Treatment of renal osteodystrophy is impeded by the lack of practical and accurate tools to determine underlying bone turnover. Gold standard bone biopsy is not practical in the clinic for the vast majority of kidney disease patients and parathyroid hormone and bone alkaline phosphatase have insufficient accuracy for turnover type to safely and confidently guide treatment of renal osteodystrophy. In the present investigation, the investigators will study a microRNA approach as a novel non-invasive biomarker of turnover for renal osteodystrophy.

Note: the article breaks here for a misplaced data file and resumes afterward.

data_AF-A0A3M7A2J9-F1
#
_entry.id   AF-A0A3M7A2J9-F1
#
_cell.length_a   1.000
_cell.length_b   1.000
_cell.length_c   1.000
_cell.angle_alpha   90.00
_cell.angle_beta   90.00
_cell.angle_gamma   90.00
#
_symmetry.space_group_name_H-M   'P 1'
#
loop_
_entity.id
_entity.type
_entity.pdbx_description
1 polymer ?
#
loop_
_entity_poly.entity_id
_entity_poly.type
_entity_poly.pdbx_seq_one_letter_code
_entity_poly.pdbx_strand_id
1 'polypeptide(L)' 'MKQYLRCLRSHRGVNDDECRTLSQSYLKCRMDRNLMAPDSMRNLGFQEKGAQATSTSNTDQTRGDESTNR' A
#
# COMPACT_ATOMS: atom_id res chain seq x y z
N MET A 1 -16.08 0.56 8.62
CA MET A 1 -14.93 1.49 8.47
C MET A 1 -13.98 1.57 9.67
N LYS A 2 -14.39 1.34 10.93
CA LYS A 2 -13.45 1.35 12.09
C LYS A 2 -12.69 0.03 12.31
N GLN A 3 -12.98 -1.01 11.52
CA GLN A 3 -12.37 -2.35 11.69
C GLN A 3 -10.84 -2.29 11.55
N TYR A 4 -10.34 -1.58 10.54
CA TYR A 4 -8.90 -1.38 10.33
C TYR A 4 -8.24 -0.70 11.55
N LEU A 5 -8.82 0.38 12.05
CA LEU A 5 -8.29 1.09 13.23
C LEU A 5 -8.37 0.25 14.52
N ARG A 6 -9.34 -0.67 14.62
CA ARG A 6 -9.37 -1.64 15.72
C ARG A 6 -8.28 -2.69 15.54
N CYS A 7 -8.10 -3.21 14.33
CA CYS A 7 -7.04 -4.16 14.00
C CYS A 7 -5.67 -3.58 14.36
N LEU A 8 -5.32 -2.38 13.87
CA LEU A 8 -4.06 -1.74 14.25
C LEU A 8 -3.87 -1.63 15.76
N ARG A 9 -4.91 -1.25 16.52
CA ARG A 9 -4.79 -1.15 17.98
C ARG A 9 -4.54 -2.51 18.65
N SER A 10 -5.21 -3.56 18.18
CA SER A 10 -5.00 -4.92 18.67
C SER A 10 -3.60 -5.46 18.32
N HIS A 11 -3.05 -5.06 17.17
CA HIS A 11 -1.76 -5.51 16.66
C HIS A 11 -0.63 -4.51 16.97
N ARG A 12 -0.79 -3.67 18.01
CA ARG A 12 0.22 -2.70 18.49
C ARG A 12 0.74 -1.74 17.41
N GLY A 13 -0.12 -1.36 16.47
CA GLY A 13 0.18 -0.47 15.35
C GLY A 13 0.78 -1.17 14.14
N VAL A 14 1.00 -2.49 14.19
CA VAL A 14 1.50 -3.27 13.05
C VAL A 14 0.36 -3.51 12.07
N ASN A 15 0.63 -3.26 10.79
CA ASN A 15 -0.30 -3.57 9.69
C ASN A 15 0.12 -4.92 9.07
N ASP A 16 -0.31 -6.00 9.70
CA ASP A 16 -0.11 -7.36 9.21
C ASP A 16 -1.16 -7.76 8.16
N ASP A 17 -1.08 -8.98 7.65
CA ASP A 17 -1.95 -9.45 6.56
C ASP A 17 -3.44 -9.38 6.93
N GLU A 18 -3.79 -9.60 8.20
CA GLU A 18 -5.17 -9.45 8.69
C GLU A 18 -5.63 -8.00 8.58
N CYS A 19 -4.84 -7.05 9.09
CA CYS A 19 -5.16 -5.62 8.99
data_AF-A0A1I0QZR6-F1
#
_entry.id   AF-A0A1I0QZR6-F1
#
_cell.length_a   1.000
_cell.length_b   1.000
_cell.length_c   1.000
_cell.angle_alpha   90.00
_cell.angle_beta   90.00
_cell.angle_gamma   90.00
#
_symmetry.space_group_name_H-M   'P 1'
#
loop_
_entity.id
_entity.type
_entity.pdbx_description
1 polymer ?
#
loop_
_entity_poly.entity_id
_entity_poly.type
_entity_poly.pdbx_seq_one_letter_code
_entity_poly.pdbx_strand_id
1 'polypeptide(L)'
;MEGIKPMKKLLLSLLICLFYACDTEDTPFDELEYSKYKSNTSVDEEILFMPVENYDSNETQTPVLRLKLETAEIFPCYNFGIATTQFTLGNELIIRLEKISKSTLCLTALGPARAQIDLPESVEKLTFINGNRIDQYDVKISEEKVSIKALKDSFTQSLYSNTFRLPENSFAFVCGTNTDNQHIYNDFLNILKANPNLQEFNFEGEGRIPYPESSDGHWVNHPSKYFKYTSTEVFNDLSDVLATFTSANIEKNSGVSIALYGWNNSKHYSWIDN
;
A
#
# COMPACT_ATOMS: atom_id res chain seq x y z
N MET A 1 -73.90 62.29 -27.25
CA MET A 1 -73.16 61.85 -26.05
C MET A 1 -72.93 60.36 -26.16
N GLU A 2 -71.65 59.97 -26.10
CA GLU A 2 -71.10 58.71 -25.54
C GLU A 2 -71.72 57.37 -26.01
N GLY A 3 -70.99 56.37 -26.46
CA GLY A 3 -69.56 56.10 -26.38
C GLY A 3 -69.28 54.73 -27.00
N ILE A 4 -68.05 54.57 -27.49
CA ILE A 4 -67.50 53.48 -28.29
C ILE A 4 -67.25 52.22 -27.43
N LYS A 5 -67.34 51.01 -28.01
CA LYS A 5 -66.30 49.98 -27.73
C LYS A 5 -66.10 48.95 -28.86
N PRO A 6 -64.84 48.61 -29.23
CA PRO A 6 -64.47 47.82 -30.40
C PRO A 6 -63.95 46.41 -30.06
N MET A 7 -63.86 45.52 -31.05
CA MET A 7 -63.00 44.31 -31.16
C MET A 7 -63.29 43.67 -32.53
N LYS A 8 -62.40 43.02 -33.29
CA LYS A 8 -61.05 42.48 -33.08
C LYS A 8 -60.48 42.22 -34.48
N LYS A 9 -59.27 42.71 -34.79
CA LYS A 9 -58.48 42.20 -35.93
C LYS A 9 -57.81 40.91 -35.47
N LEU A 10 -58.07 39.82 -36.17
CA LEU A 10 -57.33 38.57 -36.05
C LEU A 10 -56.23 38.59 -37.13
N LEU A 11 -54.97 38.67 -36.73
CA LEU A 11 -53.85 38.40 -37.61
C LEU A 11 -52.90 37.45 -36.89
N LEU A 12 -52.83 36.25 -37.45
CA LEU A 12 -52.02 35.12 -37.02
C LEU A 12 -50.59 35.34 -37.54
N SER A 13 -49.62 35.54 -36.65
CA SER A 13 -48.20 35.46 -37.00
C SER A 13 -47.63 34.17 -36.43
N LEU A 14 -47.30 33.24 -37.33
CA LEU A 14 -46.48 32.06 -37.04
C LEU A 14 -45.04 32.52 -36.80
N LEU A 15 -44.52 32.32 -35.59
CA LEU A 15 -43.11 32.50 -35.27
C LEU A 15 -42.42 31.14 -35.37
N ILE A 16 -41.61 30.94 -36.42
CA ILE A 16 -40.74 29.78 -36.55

Renal osteodystrophy (ROD) is a complex disorder of cortical bone quality and strength. Impaired cortical bone is due to the combined actions of elevated parathyroid hormone (PTH) levels and changes in bone hormones as a result of kidney failure. ROD affects nearly all patients with chronic kidney disease (CKD) and results in cortical bone loss, cortical-type fractures and cardiovascular events. The current goal of ROD treatment, to reduce high bone turnover due to renal hyperparathyroidism, is contraindicated in the presence of low turnover yet reliable ways to determine low turnover status are lacking. The Kidney Disease Improving Global Outcomes (KDIGO) guidelines recommend that treatment is guided by the biomarkers PTH and bone specific alkaline phosphatase (BSAP) and not to treat when turnover is low. However, despite these recommendations, cortical-type fracture incidence has doubled in dialysis patients over the past 25-years, a failure in fracture reduction due in part to PTH and BSAP being developed to identify turnover in trabecular rather than cortical bone. Furthermore, although KDIGO recommends tetracycline-labeled bone biopsy to define turnover and guide treatment, the histomorphometry is also based on analysis of trabecular and not cortical bone, the latter being the primary site of PTH action. Published preliminary data for this proposal suggest that trabecular turnover is a poor surrogate for cortical turnover, with only moderate correlations between bone compartments (R2 59%). Thus, there is an unmet need to identify biomarkers with high diagnostic accuracy and clinical utility for the identification of low cortical turnover, used without or without trabecular turnover, to guide treatment decisions and for use in clinical trials. In published data, the investigators hypothesized that an a priori defined subset of microRNAs (miRNA) that regulate osteoblast (miRNA-30c, 30b, 125b) and osteoclast (miRNA-155) development would be accurate biomarkers of low cortical turnover. In 23 CKD patients with bone biopsies, the areas under the curve for discrimination of low from non- low turnover were 0.866, 0.813, 0.813, and 0.723 for miRNAs-30b, 30c, 125b and 155 respectively, 0.925 for a panel of the 4 four miRNAs combined, while PTH and BSAP, individually and together, did not discriminate in this population. Based on these findings, the central hypothesis is that circulating miRNAs discriminate ROD cortical bone subtype. In a cohort of 90 CKD patients with low, normal, and high turnover (30/group; Aim 1) we will use miRNAseq to identify novel miRNAs that correlate with ROD type and determine if their combination with the preliminary panel enhances discrimination. In 40 ROD patients managed with strategies that change turnover from high to low or low to high (n=20/group; Aim 2), the investigators will determine if changes in histology-based turnover are reflected by changes in the optimized panel and if the circulating miRNA panel mirrors bone-tissue miRNA expression. Then, the investigators will determine if the panel is related to bone quality and strength (Aim 3). The studu’s results will determine if the circulating panel can serve as a biomarker for guiding ROD management. This high impact proposal has the potential to result in a paradigm shift in the non-invasive diagnosis and management of ROD.
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